Of course, you could avoid many of these issues by simply having a Web application. Using a bit of browser sniffing and tools like Modernizr, you can determine if the client browser can support the features you need, and craft an appropriate Web page. As most of the newer smartphones have great support for HTML5, you're actually more likely to hit a capable client than you might if you were hitting a desktop machine. The good news is that you can leverage the infrastructure used by the "main" Web application. The main limitation here is of course screen real estate. One other potential problem with this direction is that you can't get into the various app stores. Still, this is the easiest way to target multiple devices without requiring rewrites.

All of the above?

I am intrigued at PhoneGap, which recently hit the "Big 1.0". It promises a "write once, run everywhere" option, where you create the application using HTML5 and Javascript, then use their service to target all of the above platforms (and a few others). I suspect it suffers from the "least common denominator" problems of many solutions like this, but it does seem to have a good cross section of features supported. Whether they can maintain this — especially in light of Mango and iOS5 — remains to be seen. I wouldn't be entirely surprised to see a press release about the purchase of Nitobi (writers of PhoneGap) by one of the biggies.


I do think that device programming is the "next big wave"™, so it is definitely time to start investigating one or many of these platforms, so pick an obvious (or non-obvious) choice, fire up an emulator and start coding!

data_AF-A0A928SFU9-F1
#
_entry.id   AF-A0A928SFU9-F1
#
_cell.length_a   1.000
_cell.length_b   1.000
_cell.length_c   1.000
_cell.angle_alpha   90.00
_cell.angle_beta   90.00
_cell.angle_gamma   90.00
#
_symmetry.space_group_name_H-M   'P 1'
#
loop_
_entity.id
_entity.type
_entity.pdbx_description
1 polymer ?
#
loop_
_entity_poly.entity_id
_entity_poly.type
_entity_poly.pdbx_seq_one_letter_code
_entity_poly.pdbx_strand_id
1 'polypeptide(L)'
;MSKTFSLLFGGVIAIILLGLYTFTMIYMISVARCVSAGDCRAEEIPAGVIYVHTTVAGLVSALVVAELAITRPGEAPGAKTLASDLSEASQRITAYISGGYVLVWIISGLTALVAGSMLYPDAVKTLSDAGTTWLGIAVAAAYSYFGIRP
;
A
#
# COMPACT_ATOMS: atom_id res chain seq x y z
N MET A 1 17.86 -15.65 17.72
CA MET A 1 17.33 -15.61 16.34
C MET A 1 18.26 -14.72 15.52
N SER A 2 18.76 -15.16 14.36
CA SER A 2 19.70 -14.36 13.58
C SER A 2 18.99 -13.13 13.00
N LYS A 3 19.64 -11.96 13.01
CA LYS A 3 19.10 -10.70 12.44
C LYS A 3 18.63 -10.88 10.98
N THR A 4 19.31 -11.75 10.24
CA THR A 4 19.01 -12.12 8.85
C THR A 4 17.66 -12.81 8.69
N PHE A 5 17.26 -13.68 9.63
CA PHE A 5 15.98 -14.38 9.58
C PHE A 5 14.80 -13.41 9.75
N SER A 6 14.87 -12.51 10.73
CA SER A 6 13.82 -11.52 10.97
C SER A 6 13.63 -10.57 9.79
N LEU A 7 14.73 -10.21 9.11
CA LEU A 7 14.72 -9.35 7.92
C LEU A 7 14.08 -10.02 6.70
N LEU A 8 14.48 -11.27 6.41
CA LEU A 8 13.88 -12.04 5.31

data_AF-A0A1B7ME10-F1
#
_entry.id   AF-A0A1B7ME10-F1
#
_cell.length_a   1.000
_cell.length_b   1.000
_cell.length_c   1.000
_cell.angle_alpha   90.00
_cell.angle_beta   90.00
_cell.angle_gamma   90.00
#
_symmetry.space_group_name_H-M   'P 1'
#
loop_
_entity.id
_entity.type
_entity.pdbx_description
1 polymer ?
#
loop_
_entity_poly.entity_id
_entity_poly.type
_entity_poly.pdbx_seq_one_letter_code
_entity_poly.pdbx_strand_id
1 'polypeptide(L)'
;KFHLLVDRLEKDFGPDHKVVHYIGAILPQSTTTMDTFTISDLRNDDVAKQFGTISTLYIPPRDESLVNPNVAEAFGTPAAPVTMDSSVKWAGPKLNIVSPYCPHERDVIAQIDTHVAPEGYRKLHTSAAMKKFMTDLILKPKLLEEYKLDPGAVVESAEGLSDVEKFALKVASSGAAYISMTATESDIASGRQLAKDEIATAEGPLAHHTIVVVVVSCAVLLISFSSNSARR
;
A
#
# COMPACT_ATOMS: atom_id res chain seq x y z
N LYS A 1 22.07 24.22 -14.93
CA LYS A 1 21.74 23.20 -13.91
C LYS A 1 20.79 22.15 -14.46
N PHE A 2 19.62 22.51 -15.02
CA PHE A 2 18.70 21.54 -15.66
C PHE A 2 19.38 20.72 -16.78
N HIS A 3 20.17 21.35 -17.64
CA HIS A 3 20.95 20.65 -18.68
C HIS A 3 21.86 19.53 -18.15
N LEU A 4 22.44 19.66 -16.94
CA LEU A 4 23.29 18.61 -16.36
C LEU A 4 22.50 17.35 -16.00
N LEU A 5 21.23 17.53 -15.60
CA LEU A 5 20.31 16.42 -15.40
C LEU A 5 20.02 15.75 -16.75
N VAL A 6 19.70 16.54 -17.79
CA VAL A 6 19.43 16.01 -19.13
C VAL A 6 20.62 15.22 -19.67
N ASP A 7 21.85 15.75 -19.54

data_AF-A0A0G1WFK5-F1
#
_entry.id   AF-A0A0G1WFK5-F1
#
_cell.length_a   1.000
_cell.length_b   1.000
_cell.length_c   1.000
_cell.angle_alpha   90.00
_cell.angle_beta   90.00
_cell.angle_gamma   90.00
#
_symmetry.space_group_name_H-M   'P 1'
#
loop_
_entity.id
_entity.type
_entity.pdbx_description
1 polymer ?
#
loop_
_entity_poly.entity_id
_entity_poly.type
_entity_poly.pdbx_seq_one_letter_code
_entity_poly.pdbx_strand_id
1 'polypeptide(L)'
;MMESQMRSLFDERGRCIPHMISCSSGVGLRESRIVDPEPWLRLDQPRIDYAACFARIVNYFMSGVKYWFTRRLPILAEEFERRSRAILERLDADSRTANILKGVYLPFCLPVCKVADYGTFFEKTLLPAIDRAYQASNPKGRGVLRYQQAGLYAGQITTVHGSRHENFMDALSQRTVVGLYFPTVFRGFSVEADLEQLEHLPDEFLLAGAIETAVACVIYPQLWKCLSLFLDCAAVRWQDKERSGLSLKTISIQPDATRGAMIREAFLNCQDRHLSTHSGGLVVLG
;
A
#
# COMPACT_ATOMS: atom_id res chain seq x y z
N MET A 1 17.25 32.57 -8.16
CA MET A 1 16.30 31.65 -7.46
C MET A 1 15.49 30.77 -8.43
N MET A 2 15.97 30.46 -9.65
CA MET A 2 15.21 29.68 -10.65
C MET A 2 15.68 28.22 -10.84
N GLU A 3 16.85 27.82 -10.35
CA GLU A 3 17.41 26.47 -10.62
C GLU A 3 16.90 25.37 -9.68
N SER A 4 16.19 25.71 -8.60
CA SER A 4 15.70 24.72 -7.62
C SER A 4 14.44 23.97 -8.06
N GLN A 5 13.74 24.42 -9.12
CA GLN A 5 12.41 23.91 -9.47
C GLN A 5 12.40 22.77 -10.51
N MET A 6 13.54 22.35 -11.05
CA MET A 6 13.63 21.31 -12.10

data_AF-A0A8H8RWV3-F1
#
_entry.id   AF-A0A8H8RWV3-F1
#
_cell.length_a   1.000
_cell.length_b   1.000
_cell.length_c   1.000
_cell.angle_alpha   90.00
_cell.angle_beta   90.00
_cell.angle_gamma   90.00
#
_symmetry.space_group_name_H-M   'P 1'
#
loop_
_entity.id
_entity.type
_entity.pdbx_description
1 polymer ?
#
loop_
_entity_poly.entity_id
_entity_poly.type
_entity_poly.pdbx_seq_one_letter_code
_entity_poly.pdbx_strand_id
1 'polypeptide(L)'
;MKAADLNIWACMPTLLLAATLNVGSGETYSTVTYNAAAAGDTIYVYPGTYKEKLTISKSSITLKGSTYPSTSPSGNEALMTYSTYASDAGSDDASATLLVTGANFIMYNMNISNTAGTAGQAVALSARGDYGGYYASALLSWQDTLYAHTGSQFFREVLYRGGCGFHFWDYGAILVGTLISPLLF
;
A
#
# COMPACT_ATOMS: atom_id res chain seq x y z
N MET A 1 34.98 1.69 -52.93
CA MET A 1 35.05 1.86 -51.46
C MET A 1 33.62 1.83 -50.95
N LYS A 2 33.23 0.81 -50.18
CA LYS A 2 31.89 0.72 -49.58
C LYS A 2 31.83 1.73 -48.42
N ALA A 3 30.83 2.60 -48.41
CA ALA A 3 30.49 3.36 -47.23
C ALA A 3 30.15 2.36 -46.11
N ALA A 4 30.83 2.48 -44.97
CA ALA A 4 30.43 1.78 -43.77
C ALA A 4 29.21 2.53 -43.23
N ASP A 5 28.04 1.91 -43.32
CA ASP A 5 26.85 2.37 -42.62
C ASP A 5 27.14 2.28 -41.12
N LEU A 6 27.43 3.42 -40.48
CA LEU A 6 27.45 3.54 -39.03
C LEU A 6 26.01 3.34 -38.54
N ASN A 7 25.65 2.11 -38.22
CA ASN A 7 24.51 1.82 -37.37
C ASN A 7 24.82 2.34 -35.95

1. And by "feature parity" I mean multi-tasking and a real browser.
  2. Yes, I'm ignoring MonoTouch at the moment. While I have incredible respect for Miguel de Icarza et al, I worry about how fast they can keep chasing Apple, especially now that they don't have Novell paying the way. Plus, it breaks my argument.
  3. Also, I suspect based on the number of Android devices in the Future Shop and London Drugs flyers that Android may also be big here as well.
  4. Probably a lot less, as that includes Windows Mobile phones. Even Ballmer admits, "We've gone from very small to very small, but it's been a hell of a year."
  5. It may not still be the case, but both Pepsi and Coke were using Windows Mobile devices for their drivers who service vending machines and stores.
  6. I've seen pros one-hand a reply without looking. Sadly, while driving down a highway, but still I was impressed as well as terrified.
  7. That 20% market share is probably much higher within certain enterprise and government markets, especially ones that prize their security.
  8. Analysts that seem to ignore the market penetration in enterprise and government, and the $3Billion in the bank.